A lot of deaths this year in the Baseball Hall of Fame

We learned that Whitey Ford passed away a couple of days ago.  He was 91 and remembered as "The Chairman of the Board" for his businesslike approach to pitching and winning championships.

Back in 1961, Whitey Fordbroke Babe Ruth's record of pitching consecutive World Series shutout innings a couple of weeks after watching Roger Maris break Babe Ruth's season home run record.  He responded by telling a reporter that "it's been a bad year for the Babe."

Sadly, it's been a bad year for Cooperstown, and it's only mid-October.

Al Kaline died on April 6.  Over 22 seasons with the Tigers, the 18-time All-Star collected 3,007 hits, hit 399 home runs, and had a .297 career batting average.  I saw him a couple of times when the Tigers came to town, and he was one of my favorites.

Tom Seaver died on August 31.  He was a 12-time All-Star, won 311 games with a 2.86 ERA, and had 3,640 strikeouts.  I never saw him in person but saw a lot of Seaver on TV.  I recall a family friend from New York who told my parents that she never missed a Seaver start with the Mets.

Lou Brock died on September 6.  He retired with a .304 batting average, 3,023 hits, 1,610 runs, 900 RBI, and 938 steals — a record that stood until 1991.  I remember watching him a lot on TV because we always lived in an American League town.

Bob Gibson died on October 2.  He died on the 52nd anniversary of his classic 1968 game, when he struck out 17 Tigers.  Over 17 years with the Cardinals, he won 251 victories, 3,117 strikeouts, 56 shutouts, and an ERA of 2.91.  I saw lots of Gibson on TV, and he was the greatest in my book.

And Whitey Ford on October 8.  Ford retired with a 236-106 record and a .690 winning percentage.  It is still the best among modern pitchers with at least 150 victories.  In the World Series or the only postseason back then, Ford was 10-8 with a 2.71 ERA.  He set a record with 33 1/3 shutout innings and was named MVP Most Valuable Player in 1961.  I did not watch him on TV until the tail end of his career, and he was not the Whitey Ford that my late father used to talk about.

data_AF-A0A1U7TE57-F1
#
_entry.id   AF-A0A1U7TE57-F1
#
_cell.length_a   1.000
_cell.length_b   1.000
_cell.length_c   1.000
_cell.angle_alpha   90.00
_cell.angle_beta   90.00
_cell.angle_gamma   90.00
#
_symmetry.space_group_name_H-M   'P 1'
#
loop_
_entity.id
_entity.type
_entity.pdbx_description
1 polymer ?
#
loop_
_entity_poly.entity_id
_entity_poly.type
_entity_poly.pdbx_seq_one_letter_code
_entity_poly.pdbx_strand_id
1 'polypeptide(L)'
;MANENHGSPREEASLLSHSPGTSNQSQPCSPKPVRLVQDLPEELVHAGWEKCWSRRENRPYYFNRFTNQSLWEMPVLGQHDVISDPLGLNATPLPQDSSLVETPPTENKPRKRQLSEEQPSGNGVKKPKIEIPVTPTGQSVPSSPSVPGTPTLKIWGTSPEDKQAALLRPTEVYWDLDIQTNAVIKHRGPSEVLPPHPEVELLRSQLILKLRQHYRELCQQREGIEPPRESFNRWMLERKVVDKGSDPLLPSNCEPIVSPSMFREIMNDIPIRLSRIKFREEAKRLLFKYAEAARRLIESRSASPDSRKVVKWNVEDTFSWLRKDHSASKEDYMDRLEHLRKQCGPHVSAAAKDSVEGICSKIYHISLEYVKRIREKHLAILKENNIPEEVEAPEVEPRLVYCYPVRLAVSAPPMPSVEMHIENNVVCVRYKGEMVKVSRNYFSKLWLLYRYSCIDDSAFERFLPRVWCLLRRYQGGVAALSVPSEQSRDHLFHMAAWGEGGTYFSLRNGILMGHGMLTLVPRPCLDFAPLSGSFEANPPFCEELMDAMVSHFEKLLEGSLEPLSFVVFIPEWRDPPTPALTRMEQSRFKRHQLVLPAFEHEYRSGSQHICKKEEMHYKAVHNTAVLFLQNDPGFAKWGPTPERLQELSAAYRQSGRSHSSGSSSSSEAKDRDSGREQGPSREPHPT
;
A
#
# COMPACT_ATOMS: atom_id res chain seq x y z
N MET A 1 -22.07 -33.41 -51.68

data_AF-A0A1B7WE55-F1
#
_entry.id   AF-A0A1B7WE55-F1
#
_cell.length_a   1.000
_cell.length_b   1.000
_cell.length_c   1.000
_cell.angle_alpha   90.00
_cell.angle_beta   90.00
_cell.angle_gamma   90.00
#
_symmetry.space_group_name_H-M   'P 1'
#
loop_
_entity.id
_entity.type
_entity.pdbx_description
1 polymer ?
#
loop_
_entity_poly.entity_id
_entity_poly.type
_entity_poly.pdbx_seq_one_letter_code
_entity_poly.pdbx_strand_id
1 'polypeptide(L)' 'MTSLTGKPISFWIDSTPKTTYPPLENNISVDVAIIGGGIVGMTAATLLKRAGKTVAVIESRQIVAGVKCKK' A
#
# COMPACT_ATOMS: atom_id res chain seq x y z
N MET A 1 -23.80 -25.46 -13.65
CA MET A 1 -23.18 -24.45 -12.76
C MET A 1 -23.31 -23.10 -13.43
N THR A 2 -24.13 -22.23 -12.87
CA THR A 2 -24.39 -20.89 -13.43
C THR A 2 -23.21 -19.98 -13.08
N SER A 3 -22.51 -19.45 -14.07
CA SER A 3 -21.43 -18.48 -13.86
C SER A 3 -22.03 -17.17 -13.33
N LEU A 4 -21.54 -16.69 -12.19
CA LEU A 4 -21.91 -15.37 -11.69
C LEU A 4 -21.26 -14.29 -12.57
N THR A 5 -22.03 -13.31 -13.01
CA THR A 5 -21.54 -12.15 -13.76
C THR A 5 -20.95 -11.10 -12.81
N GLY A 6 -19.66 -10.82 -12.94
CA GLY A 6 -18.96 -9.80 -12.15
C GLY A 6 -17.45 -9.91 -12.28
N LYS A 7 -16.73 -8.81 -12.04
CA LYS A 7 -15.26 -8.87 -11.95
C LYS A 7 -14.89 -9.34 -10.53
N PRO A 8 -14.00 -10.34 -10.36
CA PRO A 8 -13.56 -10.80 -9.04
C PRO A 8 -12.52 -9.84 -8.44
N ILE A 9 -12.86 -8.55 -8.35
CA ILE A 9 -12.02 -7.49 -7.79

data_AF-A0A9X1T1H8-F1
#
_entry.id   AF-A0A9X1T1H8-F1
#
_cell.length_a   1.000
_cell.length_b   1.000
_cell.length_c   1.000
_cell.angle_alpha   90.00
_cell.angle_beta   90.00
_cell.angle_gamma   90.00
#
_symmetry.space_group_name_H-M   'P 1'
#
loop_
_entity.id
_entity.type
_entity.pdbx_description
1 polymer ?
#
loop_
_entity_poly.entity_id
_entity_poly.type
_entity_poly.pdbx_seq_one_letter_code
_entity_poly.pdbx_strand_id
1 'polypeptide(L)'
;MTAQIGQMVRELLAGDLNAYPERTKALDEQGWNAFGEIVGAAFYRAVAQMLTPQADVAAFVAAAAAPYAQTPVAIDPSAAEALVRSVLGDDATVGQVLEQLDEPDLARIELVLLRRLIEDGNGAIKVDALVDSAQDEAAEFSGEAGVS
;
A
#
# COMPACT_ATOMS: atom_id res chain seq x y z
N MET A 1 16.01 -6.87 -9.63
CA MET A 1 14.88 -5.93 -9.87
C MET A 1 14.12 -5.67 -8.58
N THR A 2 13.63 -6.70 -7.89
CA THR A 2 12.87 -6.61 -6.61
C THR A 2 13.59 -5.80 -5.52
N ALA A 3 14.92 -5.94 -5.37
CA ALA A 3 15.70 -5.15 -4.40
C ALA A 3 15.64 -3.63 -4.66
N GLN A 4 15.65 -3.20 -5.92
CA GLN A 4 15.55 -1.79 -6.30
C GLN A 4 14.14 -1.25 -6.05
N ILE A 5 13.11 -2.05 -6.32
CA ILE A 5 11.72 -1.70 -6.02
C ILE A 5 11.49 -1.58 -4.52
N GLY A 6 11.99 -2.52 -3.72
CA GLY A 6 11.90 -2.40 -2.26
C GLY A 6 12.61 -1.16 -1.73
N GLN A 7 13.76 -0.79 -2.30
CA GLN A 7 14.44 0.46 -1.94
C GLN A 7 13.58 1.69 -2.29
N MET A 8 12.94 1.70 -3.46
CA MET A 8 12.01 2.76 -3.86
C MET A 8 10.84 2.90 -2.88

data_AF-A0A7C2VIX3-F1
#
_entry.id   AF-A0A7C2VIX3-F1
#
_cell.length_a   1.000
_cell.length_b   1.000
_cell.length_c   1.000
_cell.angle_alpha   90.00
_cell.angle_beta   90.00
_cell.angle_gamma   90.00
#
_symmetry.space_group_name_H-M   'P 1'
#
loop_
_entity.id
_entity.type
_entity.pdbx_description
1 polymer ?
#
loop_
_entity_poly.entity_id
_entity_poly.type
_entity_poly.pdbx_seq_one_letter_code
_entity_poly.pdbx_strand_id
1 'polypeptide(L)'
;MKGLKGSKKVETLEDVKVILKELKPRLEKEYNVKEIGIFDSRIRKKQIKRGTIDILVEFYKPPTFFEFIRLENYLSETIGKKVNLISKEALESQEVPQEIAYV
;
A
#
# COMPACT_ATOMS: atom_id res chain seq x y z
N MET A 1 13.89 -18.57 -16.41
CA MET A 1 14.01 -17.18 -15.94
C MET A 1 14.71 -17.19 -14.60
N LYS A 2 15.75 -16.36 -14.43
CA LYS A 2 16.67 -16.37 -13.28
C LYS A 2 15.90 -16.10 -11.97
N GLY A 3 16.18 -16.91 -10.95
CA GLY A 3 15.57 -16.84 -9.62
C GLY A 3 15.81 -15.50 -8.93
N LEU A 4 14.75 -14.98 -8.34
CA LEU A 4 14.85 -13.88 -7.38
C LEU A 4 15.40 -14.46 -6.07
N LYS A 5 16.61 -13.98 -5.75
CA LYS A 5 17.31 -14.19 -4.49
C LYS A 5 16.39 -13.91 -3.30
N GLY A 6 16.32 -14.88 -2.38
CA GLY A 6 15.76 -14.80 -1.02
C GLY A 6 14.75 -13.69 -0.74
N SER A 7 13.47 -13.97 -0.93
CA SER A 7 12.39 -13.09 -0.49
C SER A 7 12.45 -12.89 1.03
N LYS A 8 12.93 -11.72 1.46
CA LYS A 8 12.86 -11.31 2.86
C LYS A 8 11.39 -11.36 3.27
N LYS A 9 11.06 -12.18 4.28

I think Whitey Ford must be looking down and agreeing with me that it's been a bad year for the Hall.

PS: You can listen to my show (Canto Talk) and follow me on Twitter.

We learned that Whitey Ford passed away a couple of days ago.  He was 91 and remembered as "The Chairman of the Board" for his businesslike approach to pitching and winning championships.

Back in 1961, Whitey Fordbroke Babe Ruth's record of pitching consecutive World Series shutout innings a couple of weeks after watching Roger Maris break Babe Ruth's season home run record.  He responded by telling a reporter that "it's been a bad year for the Babe."

Sadly, it's been a bad year for Cooperstown, and it's only mid-October.

Al Kaline died on April 6.  Over 22 seasons with the Tigers, the 18-time All-Star collected 3,007 hits, hit 399 home runs, and had a .297 career batting average.  I saw him a couple of times when the Tigers came to town, and he was one of my favorites.

Tom Seaver died on August 31.  He was a 12-time All-Star, won 311 games with a 2.86 ERA, and had 3,640 strikeouts.  I never saw him in person but saw a lot of Seaver on TV.  I recall a family friend from New York who told my parents that she never missed a Seaver start with the Mets.

Lou Brock died on September 6.  He retired with a .304 batting average, 3,023 hits, 1,610 runs, 900 RBI, and 938 steals — a record that stood until 1991.  I remember watching him a lot on TV because we always lived in an American League town.

Bob Gibson died on October 2.  He died on the 52nd anniversary of his classic 1968 game, when he struck out 17 Tigers.  Over 17 years with the Cardinals, he won 251 victories, 3,117 strikeouts, 56 shutouts, and an ERA of 2.91.  I saw lots of Gibson on TV, and he was the greatest in my book.

And Whitey Ford on October 8.  Ford retired with a 236-106 record and a .690 winning percentage.  It is still the best among modern pitchers with at least 150 victories.  In the World Series or the only postseason back then, Ford was 10-8 with a 2.71 ERA.  He set a record with 33 1/3 shutout innings and was named MVP Most Valuable Player in 1961.  I did not watch him on TV until the tail end of his career, and he was not the Whitey Ford that my late father used to talk about.

I think Whitey Ford must be looking down and agreeing with me that it's been a bad year for the Hall.

PS: You can listen to my show (Canto Talk) and follow me on Twitter.